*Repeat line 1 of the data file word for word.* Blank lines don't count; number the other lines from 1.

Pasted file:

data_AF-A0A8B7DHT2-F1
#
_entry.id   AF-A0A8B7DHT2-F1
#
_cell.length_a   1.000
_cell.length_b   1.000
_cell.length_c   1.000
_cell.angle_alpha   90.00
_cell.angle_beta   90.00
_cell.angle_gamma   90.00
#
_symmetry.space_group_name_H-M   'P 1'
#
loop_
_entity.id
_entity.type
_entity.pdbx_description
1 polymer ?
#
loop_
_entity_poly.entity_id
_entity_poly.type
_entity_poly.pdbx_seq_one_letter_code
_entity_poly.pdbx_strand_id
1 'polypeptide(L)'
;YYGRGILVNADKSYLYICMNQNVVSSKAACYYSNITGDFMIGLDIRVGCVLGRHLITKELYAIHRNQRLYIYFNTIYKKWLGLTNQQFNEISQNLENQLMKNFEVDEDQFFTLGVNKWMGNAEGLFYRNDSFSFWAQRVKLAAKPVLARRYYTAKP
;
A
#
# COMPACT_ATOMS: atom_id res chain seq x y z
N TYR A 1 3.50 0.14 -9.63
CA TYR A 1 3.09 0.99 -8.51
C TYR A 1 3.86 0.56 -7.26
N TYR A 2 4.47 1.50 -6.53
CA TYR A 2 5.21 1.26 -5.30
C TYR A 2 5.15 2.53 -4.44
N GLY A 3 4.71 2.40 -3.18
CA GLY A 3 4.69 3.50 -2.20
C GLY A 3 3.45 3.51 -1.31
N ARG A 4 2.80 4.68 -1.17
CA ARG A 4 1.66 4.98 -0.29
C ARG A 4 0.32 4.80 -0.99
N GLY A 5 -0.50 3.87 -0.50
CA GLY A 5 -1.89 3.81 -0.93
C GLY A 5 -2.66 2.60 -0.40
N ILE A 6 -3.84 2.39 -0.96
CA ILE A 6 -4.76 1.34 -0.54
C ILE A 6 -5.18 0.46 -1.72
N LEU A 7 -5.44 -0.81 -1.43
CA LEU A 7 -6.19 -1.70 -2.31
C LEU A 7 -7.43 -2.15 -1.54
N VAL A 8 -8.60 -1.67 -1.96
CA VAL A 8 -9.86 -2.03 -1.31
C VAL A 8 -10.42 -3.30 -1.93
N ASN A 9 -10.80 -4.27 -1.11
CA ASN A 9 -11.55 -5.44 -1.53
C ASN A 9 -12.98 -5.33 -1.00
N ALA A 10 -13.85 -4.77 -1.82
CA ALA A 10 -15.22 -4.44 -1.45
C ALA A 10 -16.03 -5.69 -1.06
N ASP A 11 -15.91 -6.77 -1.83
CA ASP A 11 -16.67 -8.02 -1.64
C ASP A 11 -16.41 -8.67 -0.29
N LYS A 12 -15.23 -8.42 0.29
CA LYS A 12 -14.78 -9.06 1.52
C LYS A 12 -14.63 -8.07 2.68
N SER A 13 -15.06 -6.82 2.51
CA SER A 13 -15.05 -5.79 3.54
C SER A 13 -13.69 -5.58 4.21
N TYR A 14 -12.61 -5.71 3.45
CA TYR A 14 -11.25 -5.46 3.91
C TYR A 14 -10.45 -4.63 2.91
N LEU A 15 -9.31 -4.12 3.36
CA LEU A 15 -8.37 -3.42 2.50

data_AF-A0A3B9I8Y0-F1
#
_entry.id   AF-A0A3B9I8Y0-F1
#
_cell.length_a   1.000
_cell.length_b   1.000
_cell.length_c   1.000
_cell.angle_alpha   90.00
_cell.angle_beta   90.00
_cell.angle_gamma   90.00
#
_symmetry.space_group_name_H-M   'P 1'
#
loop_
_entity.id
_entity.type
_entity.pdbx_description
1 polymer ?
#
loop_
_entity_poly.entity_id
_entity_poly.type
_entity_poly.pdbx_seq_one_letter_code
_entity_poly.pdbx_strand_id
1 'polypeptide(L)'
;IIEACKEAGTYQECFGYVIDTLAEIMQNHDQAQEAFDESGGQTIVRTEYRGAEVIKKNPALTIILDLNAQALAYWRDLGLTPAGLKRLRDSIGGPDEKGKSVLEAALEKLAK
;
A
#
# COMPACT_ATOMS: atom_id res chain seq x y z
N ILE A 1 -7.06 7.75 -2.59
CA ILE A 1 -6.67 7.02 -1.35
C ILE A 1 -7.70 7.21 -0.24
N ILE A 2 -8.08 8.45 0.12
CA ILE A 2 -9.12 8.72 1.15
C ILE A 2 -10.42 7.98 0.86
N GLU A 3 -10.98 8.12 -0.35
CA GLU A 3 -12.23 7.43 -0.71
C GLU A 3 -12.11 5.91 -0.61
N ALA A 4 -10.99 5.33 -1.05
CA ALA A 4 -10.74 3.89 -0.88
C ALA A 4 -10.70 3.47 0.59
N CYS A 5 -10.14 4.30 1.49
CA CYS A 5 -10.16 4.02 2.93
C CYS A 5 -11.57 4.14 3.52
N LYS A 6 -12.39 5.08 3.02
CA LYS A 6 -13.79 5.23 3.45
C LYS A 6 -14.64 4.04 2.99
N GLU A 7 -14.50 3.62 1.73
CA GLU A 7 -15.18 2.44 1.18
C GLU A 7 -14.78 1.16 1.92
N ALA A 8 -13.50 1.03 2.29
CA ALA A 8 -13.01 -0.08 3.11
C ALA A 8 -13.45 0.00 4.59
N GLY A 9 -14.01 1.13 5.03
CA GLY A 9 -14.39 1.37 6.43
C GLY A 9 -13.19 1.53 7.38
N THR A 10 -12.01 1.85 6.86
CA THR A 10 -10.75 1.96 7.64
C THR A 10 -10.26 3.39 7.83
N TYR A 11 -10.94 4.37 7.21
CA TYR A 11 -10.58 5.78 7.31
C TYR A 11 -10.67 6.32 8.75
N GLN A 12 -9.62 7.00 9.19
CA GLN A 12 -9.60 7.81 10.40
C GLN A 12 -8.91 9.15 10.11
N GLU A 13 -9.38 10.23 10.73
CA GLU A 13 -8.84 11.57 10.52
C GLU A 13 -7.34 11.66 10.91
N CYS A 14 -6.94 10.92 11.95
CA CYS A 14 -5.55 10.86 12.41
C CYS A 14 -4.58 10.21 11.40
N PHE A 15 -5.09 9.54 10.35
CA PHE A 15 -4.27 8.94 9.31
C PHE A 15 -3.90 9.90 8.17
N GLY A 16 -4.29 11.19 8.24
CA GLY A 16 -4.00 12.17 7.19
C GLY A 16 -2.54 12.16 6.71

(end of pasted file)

data_AF-A0A8B7DHT2-F1